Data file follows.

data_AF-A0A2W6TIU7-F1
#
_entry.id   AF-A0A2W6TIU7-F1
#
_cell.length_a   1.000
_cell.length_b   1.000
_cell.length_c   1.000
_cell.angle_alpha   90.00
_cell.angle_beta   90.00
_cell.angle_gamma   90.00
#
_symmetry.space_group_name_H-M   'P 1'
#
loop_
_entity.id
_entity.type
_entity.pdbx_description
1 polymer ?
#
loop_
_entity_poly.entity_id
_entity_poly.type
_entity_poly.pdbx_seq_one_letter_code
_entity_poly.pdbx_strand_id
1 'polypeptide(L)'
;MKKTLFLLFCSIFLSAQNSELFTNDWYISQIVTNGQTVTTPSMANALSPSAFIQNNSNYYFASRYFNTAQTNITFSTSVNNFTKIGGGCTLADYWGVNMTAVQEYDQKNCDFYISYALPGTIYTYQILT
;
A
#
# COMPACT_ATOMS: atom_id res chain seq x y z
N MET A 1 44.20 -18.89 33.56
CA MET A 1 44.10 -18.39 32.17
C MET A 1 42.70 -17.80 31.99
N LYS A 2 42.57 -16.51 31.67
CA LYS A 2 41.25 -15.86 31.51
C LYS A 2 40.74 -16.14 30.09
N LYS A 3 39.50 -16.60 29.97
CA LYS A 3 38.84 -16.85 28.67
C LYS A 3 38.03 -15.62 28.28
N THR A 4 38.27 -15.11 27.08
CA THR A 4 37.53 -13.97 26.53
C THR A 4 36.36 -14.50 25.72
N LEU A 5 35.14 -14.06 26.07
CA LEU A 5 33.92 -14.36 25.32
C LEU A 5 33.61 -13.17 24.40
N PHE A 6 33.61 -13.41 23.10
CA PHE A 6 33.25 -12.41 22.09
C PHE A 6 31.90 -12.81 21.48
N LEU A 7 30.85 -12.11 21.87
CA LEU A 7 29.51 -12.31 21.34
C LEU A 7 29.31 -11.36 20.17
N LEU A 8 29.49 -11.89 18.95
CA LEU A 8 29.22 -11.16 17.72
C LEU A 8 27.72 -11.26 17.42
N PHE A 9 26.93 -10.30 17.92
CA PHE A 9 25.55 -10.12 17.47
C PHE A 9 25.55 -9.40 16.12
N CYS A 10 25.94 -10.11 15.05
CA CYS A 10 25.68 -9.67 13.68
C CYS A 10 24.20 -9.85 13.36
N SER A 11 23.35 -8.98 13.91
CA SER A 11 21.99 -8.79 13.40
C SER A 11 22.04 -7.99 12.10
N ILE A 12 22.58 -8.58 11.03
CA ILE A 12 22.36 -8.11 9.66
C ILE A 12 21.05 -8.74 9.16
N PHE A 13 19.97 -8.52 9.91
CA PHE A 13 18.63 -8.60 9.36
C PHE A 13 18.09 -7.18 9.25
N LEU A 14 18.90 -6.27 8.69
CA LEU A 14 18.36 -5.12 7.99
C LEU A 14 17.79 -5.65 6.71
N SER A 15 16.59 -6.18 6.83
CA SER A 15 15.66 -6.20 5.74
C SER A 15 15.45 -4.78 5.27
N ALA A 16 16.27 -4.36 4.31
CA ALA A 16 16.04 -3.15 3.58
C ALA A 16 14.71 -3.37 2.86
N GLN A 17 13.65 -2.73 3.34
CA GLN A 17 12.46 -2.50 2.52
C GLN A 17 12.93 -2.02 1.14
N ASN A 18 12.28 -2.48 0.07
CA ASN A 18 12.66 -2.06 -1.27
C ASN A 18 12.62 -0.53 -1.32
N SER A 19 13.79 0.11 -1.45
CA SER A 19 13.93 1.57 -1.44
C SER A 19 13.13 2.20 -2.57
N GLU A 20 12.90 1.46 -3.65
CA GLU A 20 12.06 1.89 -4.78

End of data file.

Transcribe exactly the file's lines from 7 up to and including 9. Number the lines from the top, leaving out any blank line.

_cell.length_c   1.000
_cell.angle_alpha   90.00
_cell.angle_beta   90.00